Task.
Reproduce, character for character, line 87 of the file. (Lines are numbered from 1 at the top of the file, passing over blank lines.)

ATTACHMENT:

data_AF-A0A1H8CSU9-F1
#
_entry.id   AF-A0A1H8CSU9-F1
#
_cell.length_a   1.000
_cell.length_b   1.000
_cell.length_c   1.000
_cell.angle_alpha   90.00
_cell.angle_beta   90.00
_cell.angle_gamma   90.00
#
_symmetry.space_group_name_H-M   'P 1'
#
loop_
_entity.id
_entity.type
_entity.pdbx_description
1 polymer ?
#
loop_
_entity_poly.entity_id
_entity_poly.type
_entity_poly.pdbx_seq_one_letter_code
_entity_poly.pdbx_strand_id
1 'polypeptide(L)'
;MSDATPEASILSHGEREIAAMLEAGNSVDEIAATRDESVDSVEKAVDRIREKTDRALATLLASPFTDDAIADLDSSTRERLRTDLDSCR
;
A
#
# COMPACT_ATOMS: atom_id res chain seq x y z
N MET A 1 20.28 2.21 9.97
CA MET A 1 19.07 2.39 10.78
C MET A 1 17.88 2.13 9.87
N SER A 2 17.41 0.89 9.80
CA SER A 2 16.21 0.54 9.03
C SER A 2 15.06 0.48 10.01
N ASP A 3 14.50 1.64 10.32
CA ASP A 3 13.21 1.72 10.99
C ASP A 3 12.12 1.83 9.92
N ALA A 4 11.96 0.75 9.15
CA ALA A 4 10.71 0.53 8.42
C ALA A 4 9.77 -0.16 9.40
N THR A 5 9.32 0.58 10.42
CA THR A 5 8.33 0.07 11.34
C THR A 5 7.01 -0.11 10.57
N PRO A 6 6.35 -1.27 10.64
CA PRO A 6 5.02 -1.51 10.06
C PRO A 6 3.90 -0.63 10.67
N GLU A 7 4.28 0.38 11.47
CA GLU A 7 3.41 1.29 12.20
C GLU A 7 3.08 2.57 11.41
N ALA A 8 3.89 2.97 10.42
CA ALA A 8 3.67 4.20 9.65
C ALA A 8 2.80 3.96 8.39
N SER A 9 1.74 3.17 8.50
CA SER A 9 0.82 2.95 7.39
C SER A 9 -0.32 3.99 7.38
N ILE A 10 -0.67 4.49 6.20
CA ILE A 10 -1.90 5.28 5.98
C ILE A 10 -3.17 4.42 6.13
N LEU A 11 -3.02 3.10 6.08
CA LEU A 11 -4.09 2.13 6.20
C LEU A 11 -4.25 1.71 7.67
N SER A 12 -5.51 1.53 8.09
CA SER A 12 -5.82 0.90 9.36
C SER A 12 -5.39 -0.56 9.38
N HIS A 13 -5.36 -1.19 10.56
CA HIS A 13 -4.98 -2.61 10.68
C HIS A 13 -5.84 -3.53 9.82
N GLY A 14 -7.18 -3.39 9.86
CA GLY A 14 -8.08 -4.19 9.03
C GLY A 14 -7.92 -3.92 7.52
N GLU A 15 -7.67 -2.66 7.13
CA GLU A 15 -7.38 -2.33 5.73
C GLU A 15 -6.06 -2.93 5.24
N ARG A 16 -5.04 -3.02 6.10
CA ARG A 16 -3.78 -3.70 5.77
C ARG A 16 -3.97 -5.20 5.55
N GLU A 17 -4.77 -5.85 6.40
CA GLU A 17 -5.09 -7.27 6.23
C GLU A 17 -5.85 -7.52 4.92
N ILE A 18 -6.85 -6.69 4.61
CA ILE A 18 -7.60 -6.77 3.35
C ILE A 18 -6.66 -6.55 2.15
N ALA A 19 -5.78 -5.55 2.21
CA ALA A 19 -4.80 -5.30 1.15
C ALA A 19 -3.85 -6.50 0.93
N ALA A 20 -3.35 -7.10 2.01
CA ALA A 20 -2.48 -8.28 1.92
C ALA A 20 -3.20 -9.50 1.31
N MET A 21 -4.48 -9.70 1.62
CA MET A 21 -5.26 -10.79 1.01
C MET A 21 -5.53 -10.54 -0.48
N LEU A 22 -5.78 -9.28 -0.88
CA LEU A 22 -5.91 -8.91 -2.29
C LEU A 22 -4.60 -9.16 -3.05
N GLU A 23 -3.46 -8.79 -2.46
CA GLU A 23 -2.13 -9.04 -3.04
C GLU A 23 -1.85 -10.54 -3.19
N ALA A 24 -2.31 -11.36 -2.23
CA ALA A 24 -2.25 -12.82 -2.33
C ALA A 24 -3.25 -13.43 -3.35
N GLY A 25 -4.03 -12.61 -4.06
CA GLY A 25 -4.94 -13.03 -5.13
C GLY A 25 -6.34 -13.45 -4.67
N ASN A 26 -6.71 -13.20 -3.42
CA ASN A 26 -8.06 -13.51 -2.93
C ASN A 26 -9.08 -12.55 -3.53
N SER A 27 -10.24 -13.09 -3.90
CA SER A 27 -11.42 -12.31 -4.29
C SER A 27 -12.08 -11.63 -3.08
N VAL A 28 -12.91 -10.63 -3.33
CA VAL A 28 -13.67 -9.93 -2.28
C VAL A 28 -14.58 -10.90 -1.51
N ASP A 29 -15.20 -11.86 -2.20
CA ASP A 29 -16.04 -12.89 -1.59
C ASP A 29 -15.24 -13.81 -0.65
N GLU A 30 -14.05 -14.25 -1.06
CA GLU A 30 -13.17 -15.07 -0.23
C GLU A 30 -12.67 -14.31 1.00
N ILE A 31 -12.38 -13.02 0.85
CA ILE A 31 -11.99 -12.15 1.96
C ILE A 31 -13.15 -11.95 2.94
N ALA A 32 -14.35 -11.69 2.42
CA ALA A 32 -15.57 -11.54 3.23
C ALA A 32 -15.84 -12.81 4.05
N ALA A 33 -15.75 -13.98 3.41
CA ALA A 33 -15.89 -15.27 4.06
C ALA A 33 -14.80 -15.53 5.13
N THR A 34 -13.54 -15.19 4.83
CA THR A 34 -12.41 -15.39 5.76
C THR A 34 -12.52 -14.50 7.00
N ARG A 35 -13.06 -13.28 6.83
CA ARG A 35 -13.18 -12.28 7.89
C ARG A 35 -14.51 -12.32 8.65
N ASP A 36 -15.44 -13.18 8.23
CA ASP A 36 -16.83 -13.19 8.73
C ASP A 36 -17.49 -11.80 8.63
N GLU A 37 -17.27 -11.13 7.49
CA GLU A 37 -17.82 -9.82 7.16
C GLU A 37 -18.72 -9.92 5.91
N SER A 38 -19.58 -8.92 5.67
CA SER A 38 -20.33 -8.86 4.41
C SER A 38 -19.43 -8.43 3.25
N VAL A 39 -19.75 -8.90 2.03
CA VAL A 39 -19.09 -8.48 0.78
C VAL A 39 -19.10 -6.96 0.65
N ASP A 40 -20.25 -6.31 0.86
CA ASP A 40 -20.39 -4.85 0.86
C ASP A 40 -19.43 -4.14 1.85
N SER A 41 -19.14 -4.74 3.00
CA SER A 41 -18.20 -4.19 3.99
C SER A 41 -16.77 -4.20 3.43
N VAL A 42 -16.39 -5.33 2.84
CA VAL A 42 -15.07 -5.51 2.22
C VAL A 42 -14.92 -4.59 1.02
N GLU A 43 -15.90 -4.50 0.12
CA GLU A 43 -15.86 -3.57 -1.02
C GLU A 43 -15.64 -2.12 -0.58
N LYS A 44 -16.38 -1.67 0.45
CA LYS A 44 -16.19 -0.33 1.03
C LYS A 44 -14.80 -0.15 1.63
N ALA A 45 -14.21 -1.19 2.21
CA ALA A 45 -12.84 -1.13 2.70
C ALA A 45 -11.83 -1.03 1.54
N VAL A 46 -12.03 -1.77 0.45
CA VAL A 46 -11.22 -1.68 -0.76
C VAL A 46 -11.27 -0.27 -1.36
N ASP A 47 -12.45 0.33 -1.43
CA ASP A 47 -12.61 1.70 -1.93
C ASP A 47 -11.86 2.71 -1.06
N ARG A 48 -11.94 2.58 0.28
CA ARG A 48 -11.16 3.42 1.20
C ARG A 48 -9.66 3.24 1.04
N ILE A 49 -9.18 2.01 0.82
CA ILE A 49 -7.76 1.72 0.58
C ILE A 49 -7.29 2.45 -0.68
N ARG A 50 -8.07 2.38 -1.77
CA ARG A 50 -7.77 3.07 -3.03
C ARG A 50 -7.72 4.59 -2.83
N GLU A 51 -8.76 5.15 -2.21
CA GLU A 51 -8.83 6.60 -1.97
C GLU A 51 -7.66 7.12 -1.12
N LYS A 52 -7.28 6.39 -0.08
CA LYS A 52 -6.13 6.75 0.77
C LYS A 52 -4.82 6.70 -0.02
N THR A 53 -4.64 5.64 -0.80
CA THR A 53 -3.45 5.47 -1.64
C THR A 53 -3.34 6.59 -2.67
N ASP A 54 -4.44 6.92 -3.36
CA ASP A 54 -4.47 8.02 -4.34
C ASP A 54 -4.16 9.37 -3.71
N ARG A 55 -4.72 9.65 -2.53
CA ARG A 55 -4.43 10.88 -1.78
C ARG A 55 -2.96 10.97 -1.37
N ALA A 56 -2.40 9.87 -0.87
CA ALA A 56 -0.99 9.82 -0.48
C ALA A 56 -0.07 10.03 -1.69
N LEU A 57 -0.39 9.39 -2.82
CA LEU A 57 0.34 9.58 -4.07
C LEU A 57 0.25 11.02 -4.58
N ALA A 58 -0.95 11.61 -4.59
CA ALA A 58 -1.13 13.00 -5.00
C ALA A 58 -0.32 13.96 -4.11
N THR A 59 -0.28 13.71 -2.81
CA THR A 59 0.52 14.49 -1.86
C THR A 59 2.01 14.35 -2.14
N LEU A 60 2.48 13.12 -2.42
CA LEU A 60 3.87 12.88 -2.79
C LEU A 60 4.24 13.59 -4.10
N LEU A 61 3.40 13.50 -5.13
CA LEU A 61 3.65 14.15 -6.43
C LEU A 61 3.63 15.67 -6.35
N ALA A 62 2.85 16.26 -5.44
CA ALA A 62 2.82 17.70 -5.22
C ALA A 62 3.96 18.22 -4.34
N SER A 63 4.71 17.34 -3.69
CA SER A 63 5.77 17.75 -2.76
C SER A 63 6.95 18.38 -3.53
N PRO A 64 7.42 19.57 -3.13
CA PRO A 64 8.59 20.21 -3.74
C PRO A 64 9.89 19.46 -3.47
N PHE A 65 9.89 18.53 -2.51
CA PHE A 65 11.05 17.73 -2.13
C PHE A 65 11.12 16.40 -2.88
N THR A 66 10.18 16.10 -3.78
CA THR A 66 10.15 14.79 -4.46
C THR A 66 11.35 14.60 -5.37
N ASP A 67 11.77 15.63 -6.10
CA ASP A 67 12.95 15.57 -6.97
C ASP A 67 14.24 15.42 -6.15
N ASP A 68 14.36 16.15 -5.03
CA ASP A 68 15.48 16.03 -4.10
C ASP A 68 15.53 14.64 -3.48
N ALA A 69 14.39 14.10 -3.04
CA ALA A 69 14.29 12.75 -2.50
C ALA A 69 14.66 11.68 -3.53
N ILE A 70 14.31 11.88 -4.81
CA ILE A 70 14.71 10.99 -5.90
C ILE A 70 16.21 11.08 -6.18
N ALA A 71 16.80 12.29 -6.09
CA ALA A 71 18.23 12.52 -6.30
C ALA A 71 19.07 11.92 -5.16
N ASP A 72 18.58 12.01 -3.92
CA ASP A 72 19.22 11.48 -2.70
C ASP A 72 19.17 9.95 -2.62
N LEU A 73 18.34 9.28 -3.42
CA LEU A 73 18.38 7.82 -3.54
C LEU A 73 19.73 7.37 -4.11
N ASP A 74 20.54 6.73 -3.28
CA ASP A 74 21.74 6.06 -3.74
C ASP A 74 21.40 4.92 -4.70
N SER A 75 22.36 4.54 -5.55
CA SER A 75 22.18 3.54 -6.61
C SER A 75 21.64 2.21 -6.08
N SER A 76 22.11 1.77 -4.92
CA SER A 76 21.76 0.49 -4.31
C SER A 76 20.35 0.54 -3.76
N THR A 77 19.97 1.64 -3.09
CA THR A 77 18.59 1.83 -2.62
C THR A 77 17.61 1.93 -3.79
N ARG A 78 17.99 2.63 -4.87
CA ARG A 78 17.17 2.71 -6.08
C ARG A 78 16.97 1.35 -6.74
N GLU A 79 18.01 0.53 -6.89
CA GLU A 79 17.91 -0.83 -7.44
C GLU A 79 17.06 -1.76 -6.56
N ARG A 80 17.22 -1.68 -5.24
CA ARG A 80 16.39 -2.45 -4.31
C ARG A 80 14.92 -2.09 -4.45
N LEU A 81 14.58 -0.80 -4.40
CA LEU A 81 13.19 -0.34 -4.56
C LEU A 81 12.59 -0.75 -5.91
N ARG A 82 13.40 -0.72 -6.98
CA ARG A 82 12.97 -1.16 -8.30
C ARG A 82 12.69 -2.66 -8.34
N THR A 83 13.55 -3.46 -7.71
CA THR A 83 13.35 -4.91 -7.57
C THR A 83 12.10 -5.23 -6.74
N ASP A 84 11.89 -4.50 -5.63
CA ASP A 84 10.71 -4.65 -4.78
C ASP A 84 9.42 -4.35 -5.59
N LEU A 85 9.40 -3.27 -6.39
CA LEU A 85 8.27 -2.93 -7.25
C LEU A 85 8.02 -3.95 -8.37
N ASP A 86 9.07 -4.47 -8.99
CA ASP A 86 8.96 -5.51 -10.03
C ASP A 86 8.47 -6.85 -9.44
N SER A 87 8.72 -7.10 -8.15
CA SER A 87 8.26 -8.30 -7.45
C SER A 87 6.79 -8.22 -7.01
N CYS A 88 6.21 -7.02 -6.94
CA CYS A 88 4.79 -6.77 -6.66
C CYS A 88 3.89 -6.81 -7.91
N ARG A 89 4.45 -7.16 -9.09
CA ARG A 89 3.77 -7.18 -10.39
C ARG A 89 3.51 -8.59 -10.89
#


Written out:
C ALA A 19 -3.85 -6.50 0.93